For almost five years I rented a small studio apartment behind a garage in Ventura, California, half a block from the beach. My principle residence was still New York City, but I needed to spend part of the year in California, for professional reasons. I ended up in Ventura because I wanted to be near the ocean, I wanted to be within striking distance of Los Angeles, for business meetings and visits to friends and to my sister and her family there, and I wanted to be near Ojai, where a few other close friends lived. I triangulated those geographical objectives on a map and Ventura was the only logical choice.
I sent out irregular reports to friends about Ventura — mostly meditations on place, a record of my exploration of the town and an attempt to create a myth about it for myself, as we always create myths about the places we live.
Here’s the first of those reports, from 9 August 1998:
The beach at the end of my street isn’t wide. At high tide the waves lap up against the embankment of rocks designed to keep them from the houses lined up like books on a shelf, facing the ocean.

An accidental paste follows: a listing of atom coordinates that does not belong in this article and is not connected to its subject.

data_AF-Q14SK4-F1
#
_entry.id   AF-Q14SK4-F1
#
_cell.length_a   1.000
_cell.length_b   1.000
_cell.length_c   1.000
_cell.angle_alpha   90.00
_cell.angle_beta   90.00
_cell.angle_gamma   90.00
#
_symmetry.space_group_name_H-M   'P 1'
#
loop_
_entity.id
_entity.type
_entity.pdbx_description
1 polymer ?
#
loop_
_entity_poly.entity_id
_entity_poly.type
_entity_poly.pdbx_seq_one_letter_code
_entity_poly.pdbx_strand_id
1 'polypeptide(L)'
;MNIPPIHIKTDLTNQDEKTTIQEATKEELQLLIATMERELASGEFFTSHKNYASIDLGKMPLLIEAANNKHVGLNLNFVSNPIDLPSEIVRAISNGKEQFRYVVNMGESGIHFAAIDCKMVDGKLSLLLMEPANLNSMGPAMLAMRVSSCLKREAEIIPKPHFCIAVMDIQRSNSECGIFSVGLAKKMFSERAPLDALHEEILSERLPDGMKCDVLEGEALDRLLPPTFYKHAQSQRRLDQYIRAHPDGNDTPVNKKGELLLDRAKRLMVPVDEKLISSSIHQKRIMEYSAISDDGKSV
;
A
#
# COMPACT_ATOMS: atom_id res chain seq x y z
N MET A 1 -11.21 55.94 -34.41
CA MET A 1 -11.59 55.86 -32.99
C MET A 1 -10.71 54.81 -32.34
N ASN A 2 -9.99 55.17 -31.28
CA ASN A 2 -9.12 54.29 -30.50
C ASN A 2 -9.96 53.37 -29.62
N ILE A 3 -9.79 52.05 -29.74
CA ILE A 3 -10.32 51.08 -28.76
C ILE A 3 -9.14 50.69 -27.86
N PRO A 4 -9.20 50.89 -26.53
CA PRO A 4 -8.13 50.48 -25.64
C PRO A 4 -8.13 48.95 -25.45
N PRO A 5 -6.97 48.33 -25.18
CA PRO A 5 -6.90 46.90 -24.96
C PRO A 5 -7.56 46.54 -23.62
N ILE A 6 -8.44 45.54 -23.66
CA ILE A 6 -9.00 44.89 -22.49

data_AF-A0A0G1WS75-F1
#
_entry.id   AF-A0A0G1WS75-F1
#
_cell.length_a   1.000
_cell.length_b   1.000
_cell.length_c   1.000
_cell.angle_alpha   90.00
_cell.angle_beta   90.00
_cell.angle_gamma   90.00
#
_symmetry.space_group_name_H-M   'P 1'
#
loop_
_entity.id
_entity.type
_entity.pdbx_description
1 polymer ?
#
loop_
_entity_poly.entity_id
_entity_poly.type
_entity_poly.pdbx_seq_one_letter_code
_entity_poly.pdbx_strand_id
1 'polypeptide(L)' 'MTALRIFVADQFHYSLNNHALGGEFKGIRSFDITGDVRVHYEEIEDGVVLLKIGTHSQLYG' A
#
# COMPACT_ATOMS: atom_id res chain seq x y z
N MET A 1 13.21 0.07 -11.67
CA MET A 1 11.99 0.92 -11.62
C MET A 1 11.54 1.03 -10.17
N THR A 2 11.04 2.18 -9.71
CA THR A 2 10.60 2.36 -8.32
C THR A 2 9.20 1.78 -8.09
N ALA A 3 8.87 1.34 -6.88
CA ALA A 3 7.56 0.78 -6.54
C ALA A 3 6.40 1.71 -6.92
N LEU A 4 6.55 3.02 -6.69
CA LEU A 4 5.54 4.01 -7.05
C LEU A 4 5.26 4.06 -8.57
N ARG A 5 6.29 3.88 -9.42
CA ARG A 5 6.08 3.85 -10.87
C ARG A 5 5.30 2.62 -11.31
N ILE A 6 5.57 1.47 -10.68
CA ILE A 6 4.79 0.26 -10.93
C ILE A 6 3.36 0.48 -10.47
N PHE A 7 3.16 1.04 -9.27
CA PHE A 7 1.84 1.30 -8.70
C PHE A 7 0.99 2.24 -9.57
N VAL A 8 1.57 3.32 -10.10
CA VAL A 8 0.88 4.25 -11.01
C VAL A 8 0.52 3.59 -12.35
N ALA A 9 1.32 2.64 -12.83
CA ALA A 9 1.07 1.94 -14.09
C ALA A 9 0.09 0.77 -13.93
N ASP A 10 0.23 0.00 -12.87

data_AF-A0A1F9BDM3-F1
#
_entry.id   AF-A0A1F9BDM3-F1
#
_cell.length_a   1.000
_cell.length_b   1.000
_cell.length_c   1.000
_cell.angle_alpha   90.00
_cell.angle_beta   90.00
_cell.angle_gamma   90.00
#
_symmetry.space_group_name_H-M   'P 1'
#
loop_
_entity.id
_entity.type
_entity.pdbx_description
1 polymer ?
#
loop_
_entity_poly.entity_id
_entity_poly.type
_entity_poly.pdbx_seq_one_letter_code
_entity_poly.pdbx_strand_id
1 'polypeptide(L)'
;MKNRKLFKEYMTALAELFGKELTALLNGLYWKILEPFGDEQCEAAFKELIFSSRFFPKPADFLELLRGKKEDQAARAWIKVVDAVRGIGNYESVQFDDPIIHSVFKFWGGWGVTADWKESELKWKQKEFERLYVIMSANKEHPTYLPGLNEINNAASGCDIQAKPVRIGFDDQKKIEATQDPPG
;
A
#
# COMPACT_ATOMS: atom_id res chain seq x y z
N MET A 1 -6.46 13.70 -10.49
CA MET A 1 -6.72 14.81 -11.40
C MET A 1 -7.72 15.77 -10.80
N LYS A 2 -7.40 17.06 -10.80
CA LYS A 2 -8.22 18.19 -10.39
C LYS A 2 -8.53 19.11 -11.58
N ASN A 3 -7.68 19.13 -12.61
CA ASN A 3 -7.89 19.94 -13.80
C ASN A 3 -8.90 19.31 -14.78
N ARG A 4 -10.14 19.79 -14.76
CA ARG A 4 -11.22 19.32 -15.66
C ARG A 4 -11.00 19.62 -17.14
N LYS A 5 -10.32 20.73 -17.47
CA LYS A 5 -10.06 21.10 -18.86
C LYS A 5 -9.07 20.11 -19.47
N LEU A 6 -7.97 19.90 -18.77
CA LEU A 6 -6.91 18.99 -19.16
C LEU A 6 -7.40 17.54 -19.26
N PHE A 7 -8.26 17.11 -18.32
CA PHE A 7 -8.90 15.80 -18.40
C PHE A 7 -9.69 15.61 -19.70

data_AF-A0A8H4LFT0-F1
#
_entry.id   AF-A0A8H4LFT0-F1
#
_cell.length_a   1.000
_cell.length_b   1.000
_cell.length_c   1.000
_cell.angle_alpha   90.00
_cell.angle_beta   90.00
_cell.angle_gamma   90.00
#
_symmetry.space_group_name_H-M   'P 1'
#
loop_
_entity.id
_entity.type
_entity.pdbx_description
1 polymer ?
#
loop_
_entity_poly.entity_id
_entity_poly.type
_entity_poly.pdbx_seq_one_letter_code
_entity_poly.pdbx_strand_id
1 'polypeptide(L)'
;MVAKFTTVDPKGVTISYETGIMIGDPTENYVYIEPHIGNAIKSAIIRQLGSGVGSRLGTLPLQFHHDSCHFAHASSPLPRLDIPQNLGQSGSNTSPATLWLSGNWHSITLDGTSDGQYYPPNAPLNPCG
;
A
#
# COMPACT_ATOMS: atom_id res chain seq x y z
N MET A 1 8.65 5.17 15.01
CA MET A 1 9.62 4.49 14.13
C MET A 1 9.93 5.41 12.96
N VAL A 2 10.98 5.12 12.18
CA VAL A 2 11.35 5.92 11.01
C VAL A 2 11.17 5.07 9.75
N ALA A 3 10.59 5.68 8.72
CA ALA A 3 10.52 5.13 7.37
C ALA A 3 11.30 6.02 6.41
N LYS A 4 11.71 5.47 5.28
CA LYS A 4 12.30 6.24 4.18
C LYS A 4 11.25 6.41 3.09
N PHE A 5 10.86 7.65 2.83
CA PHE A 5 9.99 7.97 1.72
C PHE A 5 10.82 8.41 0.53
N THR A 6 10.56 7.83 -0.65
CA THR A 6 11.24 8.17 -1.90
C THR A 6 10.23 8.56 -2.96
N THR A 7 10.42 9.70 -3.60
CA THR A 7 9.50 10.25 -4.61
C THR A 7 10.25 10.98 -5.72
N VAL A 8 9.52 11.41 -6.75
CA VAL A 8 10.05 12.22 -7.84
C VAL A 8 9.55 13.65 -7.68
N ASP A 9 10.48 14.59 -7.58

Sitting on one of these rocks at sunset I can look south and see the breakwater and the masts of Ventura Harbor, basically a man-made marina. North I can see the coastline for a few miles, curving inland in front of the city of Ventura then back out again to a headland of tall hills.
There is often a lot of coastal mist at sunset. Sometimes the tops of the hills at the headland are covered in it. Sometimes the whole beach is shrouded and it’s hard to make out a surf-fisher fifty yards away. All the permutations of the mist make for strange and shifting effects of the light when the sun goes down.
The water I look out at is the Santa Barbara Channel, running between the mainland and the Channel Islands, which so far have always been hidden by the mist.
The waves at the beach are not large or long but there are always surfers here. They wait out beyond the breakers, sitting still on their boards, sometimes for twenty minutes at a time, hoping for a good wave. They remind me of ducks then. Usually when a wave comes they are up and down in seconds. I think this must be an amateur or novice surfer’s beach.
Still, for those few seconds, riding upright on their boards, the surfers look bitchin’, tuned into something awesome.